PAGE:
Two people lost their lives on July 3rd when a large Oak tree branch fell on them as they were watching fireworks in Rock Island, Illinois. While there’s likely no way to know if the accident was preventable, it’s a tragic reminder that we should all be aware of the health of the trees in our landscape. 

On this horticulture day edition of Talk of Iowa, Charity Nebbe talks with Jeff Iles, professor and chair of Iowa State University's Department of Horticulture, about trees.

 

NPS Photo

 

25 years ago, author Elizabeth Leiknes moved away from her family in Truesdale, Iowa, though she looks upon her home state with great fondness. Her latest book, The Lost Queen of Crocker County, is an ode to the Midwestern identity.

It’s a story inspired by Leiknes' drive home from work one day. While driving, she felt a thump under her car.

“Is it a kitten? Is it a dog? What had happened?” Leiknes remembers asking herself. She went back and found nothing, but it got her thinking.

Pixabay

Iowa State University psychologist Doug Gentile says that research shows parents do not use, appreciate, or agree on the age-based rating systems used for movies, television, and video games in the U.S.. 

"Only six percent of parents say that the movie ratings are always accurate, only five percent of parents say the television ratings are always accurate, and only six percent say the video game ratings are always accurate," says Gentile. "Even if they're using the ratings, often their children see things they didn't expect them to be able to see."

Scribner publishing

 

In this episode of Talk of Iowa, Iowa Writer’s Workshop graduate Tom Macher talks with host Charity Nebbe about his debut memoir Halfway. He reflects on his childhood, growing up in a commune and a boys home, and the path that led him towards alcoholism.

“I felt like [alcohol] was the thing that I had been missing my whole life,” Tom says. “It wasn’t that I was missing a relationship with my father, or whatever other hole we feel inside ourselves.”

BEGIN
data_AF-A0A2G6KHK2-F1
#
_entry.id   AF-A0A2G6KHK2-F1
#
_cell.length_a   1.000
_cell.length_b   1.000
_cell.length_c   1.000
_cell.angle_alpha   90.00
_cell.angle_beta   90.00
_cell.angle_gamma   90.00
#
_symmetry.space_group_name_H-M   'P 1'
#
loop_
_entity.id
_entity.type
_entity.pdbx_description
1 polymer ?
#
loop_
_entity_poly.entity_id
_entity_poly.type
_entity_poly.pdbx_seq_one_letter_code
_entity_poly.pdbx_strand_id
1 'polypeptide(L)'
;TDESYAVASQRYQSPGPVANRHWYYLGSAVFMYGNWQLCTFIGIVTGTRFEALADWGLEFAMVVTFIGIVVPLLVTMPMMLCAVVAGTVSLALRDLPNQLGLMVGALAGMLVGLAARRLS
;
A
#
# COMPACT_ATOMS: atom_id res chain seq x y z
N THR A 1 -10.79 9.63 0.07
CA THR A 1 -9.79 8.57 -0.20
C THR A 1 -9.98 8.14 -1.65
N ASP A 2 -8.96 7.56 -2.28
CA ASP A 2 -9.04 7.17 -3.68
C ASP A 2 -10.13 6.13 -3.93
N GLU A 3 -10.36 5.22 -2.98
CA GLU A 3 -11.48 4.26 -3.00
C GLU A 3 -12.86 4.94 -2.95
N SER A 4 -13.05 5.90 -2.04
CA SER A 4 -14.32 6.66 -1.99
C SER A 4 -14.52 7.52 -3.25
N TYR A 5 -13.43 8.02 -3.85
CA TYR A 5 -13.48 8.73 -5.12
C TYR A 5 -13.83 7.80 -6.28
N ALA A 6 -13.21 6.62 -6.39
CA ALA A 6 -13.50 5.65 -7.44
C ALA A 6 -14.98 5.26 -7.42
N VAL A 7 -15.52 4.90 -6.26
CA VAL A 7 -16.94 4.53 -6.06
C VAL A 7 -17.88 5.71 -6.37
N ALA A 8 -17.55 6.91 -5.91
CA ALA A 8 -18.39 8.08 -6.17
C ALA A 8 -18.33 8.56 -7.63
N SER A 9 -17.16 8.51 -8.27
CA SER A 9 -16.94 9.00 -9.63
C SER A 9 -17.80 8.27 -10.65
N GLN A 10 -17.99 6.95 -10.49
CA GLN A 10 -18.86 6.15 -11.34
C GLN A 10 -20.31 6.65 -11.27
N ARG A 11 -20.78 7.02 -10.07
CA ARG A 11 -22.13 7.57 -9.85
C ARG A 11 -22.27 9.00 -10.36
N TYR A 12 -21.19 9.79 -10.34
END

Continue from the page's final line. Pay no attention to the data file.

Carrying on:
Iowa Women's Archives

Iowa has the longest running state high school girl's basketball tournament in the country, but for most of that history girls did not play the game we know today. 

According to research by Karen Mason of the Iowa Women's Archives, girls in Iowa have been playing 6-on-6 basketball since the early 1900's. During this hour of Talk of Iowa, host Charity Nebbe talks with Mason and University of Iowa American Studies lecturer Jennifer Sterling about the game and a new exhibit that is touring the state this summer. 

Politics and Prose

Humans are naturally social animals, but convention and routine have made many of our gatherings stale and meaningless, at least according to author Priya Parker. 

During this hour of Talk of Iowa, host Charity Nebbe talks with Parker, founder of Thrive Labs, about her new book The Art of Gathering: How We Meet and Why it Matters. Parker shares tips for how to use your next gathering to cultivate community and bring people together in meaningful ways.

Rolf Dietrich Brecher / Wikimedia Commons

 

The recent wet weather has been too much for some gardens, and it has made some Iowa insects happy and healthy. Entomologist Donald Lewis and horticulturist Richard Jauron talked with Charity Nebbe about earwigs, springtails and other insects that are thriving in the damp conditions.

Lewis says that earwigs enjoy the place between the mulch and soil, where conditions are warm and humid.

 

Photo Courtesty of Matthew Christopher

During this Talk of Iowa segment, host Charity Nebbe catches up with designer Matthew Christopher. Before Christopher became a couture dresser for celebrities and brides across the world, he made prom gowns for his dates in his hometown of Wellman. He learned to sew in 4-H as a kid.

“I was enthralled with Brides magazine at the age of 10,” Christopher says.

 

Photo Courtesy of Andre Wright

Andre Wright, CEO of the fashion label Born Leaders United, saw a post by his friend Jason Sole on Facebook months ago. Sole wrote that as as a culture, we need to stop stereotyping people based on how they dress. In that post, he pointed specifically to the hooded sweatshirt.

Wright picked up the phone and called Sole, and the Humanize My Hoodie campaign was born. 

Jace Anderson/FEMA

 

No matter how intrigued you may be about the impact of a flood, it’s best to avoid exploring the waters until some time has passed.

“I see people wading in that water and I think, ‘would you go wading in sewage water?’ Because that’s exactly what it is,” says home improvement expert Bill McAnally. “Whatever is in your yard, it comes around the gutter and down the storm sewer... I see everything possible come floating into that river.”